November 29, 2012
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Recently I’ve been working to simplify and consolidate our service provision. The path of least pain has been determined as placing core applications in colocation. While investigating the provision of storage and with memories of building 2008 R2 clusters still clear in my head I have begun trialling Server 2012. Having read a series of articles by Aidan Finn (his excellent blog here) about Virtualisation on server 2012 and I happened across his converged fabrics posts, here.
First some background, in Hyper-v R2 you need upwards of six nic’s to build a VM host cluster, you can get functionality with less but you leave yourself exposed, it would not be N+1. Also bear in mind that teaming for fault tolerance across multiport network cards is only going to give you a false sense of security on the server side (it is after all only a single card regardless of how many ports it has).
In a nutshell, what I’m excited about is that you can use native teaming (or otherwise) on Server 2012 to bond a series of nics together, then spread your live-migration, storage, guest access and other nic requirements across a series of virtual nic’s connected to the virtual switch bound to this nic team (phew). You then set QOS on the virtual switch for the different virtual adaptors so you can guarantee service for the different aspects of connectivity your Hyper-V cluster will need. Anyway, have a look at the Aidan’s posts on the matter, they make for a great lab.
In my lab I’ve used a pair of 1gbe links and it works great for testing, in production you’d be looking at 2+10gbe links ideally, giving you resilience and most of the bandwidth you’d ever need in the forseeable future, at least for the kind of services/load experienced in most SME’s.
January 24, 2011
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I’ve been using a portable lab for writing documentation and migration testing thats been working really well, the requirements were as follows:
- Entire lab should weigh less than 12 kg
- Storage solution be fast enough to be usable under load and support persistent reservation for CSV’s
- Should be able to test pretty much any sensible scenario on two laptops.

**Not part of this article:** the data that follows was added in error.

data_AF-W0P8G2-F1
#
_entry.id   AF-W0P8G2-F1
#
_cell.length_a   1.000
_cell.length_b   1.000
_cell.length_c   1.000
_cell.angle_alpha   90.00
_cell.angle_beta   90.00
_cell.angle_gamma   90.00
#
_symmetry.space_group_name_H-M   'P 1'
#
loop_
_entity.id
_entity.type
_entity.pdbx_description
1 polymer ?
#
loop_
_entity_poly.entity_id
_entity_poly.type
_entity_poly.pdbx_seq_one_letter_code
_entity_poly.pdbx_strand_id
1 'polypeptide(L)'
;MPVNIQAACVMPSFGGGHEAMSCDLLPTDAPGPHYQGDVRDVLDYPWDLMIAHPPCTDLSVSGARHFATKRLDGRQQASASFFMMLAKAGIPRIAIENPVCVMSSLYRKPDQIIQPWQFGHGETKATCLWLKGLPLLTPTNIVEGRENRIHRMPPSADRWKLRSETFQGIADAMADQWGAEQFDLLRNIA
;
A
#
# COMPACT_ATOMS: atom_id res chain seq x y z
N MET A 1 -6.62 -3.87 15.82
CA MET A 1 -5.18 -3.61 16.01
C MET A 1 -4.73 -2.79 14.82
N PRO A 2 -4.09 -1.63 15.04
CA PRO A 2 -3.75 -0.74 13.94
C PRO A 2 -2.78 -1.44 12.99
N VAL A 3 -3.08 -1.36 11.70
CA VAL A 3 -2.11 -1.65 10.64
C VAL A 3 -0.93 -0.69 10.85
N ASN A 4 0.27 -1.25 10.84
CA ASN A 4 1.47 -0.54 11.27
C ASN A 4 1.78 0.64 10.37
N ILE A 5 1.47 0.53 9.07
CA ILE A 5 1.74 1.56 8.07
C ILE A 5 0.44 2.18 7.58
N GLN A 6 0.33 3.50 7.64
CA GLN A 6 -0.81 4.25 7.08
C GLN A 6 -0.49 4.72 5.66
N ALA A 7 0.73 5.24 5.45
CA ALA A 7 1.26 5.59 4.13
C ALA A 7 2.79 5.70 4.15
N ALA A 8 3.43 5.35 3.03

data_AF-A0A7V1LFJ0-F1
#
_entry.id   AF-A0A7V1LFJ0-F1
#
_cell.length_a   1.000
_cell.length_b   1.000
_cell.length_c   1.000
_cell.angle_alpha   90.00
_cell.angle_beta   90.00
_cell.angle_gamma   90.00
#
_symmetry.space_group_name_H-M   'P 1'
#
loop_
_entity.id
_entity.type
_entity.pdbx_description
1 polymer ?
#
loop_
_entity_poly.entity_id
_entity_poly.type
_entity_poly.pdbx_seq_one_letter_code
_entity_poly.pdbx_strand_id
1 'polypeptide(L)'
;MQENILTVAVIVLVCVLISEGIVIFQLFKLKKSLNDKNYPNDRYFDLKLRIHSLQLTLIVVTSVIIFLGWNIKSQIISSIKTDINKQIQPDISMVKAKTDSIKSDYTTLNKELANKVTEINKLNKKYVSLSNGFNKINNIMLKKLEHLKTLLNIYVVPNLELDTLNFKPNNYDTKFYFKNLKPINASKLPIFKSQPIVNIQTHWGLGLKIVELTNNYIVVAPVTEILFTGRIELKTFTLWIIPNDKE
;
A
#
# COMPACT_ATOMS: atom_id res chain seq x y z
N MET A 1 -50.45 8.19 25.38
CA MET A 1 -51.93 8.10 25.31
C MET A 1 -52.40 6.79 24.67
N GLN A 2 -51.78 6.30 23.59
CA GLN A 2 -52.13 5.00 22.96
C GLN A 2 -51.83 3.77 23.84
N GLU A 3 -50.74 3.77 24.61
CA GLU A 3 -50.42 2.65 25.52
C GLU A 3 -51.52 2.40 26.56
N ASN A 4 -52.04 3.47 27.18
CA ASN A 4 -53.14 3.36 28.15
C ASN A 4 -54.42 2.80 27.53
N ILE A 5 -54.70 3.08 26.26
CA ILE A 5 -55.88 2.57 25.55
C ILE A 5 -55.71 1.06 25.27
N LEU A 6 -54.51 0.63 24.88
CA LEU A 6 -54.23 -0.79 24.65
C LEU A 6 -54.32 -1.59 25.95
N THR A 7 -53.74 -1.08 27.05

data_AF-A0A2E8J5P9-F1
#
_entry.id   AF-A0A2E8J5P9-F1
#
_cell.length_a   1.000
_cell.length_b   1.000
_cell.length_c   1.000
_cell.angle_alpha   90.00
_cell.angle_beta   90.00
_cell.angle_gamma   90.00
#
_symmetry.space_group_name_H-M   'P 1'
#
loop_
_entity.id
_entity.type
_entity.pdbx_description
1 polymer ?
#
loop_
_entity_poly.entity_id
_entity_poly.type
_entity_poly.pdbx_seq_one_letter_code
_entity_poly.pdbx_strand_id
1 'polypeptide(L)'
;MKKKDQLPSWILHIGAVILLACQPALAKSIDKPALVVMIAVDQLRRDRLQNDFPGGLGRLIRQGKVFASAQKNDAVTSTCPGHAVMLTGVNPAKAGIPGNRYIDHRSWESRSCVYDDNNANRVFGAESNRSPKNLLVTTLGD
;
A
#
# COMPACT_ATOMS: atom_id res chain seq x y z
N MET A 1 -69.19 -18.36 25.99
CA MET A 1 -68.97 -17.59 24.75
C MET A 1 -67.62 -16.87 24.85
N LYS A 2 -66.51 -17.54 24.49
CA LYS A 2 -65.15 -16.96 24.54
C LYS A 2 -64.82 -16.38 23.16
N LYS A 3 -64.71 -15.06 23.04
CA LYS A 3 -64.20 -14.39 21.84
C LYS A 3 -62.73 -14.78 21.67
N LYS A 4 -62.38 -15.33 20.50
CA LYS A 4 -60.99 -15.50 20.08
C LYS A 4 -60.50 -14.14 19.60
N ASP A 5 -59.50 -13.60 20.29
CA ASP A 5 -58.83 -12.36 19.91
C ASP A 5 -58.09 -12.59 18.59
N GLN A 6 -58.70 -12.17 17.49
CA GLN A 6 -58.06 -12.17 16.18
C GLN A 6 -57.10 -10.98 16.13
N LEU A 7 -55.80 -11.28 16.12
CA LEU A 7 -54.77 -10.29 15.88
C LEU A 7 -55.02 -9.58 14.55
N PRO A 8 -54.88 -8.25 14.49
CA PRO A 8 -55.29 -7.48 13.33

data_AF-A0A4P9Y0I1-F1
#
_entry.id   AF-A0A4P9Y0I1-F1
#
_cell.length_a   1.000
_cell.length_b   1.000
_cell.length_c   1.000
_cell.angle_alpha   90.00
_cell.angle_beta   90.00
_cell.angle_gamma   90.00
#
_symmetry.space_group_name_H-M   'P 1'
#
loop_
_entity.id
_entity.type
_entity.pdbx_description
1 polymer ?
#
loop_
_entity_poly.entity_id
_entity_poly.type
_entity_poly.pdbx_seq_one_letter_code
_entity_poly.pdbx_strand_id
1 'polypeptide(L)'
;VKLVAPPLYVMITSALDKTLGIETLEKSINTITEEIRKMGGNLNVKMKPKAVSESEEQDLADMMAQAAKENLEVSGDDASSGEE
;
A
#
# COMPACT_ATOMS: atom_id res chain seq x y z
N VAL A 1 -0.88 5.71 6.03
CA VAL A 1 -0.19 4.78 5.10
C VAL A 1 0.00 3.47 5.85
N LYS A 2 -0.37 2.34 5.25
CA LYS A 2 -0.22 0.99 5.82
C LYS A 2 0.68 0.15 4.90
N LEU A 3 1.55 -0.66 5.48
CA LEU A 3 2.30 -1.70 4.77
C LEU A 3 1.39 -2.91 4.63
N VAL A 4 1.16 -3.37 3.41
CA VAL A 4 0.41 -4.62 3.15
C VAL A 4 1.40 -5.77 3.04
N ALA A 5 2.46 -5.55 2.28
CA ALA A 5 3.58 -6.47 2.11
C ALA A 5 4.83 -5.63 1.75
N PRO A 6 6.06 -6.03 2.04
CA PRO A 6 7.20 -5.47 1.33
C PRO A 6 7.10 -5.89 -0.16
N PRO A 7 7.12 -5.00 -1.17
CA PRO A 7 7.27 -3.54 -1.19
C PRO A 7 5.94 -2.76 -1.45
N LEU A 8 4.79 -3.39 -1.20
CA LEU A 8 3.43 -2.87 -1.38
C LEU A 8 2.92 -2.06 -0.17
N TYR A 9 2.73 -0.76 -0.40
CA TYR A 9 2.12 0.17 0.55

- Have storage of sufficient speed and quality that lab could be used for migrations or clones of production machines or for transferring machines between sites.
For the virtualisation platform the lab uses a pair of HP Elitebooks, one 2540p and an 8530w (until i can swap for something smaller), the 2540 is an i7 and the 8530 a Core2duo at 2.4 ghz, both have 8gb RAM and run Server 2008 R2 Datacenter.
For storage i purchased a Synology ds409 slim NAS that weighs about 700g and takes up to four 2.5″ hdd’s. I upgraded the firmware to the latest beta version of DSM which seems to support persistent reservations. I configured it with 3x500gb 7200rpm drives in RAID5 as a block target with a fourth disk for file storage, iso’s, sysprepped images etc. Very very pleased with this particular piece of kit. Not the cheapest but works fabulously for the size.
For connecting the lab together i found an 8 port SMC gigabit switch for around 300hkd.
Internet access is through a d-link DIR412 portable 3g/ethernet router, plugged into the above directly and to the internet with an unlocked Huawei hsdpa dongle. When traveling i purchase a pay as you go 3g sim for the lab that i also use with a flashed Orange San Francisco running as a pocket wifi hotspot for mobile data for laptop and blackberry instead of paying roaming fees.
Additionally i make use of two levelone usb ethernet adaptors when needed, the windows 7 drivers work fine on 2008 R2.
So far it’s been used to stage Exchange 2007 > 2010 migration, OCS 2007 R2 to Lync migration, TMG/UAG testing with Checkpoint R71, full DR lab for directory and exchange, an Orion/SCOM comparison, an SCCM image deployment lab, and a host of install documentation.